The DevOps dream promises faster software releases while fostering collaborating and improving quality and customer experience. Docker provides the key capabilities to empower DevOps initiatives. This talk will demonstrate practical tips for using Atlassian tools like Trello, Bitbucket Pipelines and Hipchat to achieve continuous delivery of Docker based containerized applications. We will also look at how ChatOps enables conversation driven collaboration and automation for self provisioning cloud and container infrastructure.
Charles Araujo is an industry analyst, internationally recognized authority on the Digital Enterprise and author of The Quantum Age of IT: Why Everything You Know About IT is About to Change. As Principal Analyst with Intellyx, he writes, speaks and advises organizations on how to navigate through this time of disruption. He is also the founder of The Institute for Digital Transformation and a sought after keynote speaker. He has been a regular contributor to both InformationWeek and CIO Insight and has been quoted or published in Time, CIO, Computerworld, USA Today and Forbes.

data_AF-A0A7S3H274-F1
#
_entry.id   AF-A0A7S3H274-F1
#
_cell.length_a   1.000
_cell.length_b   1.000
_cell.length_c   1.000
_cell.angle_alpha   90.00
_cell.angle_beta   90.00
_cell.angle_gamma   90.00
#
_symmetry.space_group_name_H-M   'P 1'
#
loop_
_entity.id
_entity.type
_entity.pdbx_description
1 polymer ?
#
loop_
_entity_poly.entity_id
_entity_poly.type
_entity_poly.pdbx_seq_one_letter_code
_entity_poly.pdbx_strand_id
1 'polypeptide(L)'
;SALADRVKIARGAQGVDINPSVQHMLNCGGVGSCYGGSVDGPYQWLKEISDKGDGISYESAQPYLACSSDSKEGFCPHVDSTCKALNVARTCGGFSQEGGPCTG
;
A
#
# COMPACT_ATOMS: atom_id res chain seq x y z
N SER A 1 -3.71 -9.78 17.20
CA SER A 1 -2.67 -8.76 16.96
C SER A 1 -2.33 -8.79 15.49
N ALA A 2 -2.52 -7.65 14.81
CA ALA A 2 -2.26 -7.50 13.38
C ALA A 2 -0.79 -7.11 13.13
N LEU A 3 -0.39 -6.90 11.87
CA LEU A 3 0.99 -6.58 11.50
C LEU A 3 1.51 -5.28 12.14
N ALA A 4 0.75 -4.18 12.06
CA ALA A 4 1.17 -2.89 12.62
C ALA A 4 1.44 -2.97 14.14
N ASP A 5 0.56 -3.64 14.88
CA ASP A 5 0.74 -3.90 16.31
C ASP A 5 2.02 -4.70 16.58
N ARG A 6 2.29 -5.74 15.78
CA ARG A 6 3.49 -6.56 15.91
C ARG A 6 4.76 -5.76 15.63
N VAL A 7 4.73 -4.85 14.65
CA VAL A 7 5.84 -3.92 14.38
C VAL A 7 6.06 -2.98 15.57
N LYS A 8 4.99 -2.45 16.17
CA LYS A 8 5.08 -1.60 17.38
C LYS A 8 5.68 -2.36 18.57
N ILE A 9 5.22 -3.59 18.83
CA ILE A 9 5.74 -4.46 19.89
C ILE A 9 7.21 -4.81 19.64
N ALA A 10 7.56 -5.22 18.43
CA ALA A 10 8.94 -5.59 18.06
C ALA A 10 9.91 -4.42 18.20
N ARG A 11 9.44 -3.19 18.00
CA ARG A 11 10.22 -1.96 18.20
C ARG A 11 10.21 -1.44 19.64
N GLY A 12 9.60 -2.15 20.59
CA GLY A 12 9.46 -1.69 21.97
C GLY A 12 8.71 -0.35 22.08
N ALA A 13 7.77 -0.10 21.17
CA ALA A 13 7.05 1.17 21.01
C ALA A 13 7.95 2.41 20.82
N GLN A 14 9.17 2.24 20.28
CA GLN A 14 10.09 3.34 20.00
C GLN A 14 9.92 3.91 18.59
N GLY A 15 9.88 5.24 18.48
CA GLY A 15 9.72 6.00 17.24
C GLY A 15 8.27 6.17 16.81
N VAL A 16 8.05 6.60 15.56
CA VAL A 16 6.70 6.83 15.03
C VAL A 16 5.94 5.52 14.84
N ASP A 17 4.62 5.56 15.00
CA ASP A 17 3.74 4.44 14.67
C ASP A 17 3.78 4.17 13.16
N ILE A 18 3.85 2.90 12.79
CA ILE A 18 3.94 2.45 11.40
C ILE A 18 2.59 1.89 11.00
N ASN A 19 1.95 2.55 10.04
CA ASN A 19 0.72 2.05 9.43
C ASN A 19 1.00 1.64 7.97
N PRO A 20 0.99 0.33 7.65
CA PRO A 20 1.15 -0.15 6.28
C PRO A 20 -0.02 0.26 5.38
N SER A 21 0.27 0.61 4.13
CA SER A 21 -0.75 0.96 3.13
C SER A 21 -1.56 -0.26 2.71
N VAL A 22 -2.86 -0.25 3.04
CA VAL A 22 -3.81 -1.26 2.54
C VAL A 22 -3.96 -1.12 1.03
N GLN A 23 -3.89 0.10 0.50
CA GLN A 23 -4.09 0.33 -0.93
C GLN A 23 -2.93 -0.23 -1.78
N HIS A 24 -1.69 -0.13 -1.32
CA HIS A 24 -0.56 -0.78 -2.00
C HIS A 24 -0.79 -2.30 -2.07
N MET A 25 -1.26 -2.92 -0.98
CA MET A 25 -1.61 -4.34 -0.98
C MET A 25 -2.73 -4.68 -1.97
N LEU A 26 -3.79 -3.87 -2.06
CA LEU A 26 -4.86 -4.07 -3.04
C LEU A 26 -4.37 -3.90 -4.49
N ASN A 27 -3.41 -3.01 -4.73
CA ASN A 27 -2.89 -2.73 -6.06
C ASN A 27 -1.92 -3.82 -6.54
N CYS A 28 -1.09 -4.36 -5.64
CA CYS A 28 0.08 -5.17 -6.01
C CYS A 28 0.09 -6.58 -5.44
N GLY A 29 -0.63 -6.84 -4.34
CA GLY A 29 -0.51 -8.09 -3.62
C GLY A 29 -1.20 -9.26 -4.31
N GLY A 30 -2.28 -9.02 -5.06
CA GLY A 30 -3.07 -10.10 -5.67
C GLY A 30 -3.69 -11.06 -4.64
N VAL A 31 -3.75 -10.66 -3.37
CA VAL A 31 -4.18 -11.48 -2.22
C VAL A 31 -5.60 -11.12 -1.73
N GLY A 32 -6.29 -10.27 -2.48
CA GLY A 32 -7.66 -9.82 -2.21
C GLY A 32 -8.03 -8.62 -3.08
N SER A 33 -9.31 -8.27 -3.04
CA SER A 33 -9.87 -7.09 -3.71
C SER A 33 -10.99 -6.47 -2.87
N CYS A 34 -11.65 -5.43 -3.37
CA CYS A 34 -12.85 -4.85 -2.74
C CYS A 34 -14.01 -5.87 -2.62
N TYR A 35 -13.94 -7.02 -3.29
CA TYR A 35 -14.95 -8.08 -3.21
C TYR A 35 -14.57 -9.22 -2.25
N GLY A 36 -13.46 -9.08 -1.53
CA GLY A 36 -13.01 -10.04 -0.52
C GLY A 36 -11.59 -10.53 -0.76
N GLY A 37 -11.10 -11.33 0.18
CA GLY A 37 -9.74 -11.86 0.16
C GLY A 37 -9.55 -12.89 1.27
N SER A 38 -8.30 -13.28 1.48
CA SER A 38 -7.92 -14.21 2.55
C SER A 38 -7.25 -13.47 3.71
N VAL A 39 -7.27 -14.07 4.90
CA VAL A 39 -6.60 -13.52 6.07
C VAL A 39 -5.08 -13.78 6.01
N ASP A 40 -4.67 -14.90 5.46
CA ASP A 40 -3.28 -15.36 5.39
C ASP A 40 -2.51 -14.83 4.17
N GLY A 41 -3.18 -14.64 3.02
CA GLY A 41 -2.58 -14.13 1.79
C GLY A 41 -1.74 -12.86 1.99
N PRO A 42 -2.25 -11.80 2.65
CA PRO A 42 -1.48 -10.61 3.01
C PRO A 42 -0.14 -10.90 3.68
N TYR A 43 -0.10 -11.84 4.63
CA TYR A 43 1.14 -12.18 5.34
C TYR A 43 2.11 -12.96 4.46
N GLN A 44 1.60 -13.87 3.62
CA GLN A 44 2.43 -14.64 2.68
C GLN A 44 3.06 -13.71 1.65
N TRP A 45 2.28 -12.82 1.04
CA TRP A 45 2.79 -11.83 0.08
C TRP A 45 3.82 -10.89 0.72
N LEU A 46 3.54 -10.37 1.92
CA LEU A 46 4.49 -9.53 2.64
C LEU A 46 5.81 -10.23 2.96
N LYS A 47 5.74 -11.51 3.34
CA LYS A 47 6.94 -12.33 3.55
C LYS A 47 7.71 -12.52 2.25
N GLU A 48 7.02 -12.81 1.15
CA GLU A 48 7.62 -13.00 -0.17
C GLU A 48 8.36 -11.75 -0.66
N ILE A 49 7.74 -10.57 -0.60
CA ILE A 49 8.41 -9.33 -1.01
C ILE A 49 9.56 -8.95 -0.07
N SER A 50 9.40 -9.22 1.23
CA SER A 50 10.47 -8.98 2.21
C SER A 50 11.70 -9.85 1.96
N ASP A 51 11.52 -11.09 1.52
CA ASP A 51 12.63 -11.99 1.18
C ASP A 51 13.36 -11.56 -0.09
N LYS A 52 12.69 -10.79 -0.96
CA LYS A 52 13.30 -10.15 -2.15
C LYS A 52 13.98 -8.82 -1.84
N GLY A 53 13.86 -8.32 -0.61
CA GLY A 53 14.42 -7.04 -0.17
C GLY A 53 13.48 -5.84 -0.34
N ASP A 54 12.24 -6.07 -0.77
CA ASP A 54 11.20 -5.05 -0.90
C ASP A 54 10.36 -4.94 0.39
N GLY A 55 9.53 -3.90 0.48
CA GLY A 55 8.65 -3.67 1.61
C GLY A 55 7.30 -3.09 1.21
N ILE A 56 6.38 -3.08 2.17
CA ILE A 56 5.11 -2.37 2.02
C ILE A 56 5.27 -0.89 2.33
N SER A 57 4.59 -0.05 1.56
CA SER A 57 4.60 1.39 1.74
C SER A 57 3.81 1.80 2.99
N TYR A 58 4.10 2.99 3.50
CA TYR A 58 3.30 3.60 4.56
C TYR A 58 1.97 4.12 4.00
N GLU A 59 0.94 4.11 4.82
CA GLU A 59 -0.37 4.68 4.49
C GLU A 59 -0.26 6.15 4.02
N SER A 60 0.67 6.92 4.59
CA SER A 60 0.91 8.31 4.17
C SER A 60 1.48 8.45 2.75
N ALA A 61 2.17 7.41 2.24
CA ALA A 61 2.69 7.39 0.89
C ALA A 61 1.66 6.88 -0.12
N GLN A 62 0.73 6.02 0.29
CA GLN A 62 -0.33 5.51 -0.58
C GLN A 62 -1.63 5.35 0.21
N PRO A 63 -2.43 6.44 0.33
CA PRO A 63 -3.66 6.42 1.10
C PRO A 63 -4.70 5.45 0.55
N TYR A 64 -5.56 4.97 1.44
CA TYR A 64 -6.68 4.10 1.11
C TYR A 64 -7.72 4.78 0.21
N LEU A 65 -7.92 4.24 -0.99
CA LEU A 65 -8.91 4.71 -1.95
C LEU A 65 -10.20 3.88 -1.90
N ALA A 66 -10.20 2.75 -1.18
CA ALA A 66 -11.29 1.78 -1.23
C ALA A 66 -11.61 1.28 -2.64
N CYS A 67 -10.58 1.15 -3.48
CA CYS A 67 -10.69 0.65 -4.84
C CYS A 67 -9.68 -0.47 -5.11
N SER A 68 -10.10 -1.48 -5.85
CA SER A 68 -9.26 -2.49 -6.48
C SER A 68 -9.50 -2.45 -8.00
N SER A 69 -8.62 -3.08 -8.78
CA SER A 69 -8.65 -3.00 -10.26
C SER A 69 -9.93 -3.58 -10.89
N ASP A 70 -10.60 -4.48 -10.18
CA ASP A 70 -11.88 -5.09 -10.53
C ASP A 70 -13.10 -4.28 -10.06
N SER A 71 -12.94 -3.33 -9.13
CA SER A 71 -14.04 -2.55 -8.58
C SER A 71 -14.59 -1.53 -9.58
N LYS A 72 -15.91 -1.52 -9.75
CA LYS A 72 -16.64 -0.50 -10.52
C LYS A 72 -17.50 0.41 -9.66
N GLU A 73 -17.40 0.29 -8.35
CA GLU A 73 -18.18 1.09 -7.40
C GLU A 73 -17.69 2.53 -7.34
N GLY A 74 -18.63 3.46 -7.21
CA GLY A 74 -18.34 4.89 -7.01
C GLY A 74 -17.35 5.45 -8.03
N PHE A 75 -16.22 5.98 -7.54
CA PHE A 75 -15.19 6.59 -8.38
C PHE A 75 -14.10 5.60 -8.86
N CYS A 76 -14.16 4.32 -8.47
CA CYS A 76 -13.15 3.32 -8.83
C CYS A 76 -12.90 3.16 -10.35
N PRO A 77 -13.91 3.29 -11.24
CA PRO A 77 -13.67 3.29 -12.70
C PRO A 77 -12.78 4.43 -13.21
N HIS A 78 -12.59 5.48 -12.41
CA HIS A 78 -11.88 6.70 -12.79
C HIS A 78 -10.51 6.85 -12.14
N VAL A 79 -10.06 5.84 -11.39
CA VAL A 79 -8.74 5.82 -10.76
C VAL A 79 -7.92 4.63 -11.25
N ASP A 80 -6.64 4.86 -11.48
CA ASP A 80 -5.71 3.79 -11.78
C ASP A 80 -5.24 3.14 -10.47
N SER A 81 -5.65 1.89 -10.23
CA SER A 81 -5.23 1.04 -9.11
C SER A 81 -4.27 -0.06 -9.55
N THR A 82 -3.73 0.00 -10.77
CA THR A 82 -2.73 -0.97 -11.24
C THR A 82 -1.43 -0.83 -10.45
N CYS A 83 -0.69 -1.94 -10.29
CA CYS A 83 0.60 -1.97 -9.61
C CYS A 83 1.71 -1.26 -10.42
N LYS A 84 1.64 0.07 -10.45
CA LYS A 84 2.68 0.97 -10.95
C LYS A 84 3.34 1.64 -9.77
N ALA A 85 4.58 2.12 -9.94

Andi Mann, Chief Technology Advocate at Splunk, is an accomplished digital business executive with extensive global expertise as a strategist, technologist, innovator, marketer, and communicator. For over 30 years across five continents, he has built success with Fortune 500 corporations, vendors, governments, and as a leading research analyst and consultant.
The current environment of Continuous Disruption requires companies to transform how they work and how they engineer their products. Transformations are notoriously hard to execute, yet many companies have succeeded. What can we learn from them? Can we produce a blueprint for a transformation? This presentation will cover several distinct approaches that companies take to achieve transformation. Each approach utilizes different levers and comes with its own advantages, tradeoffs, costs, risks, and outcomes.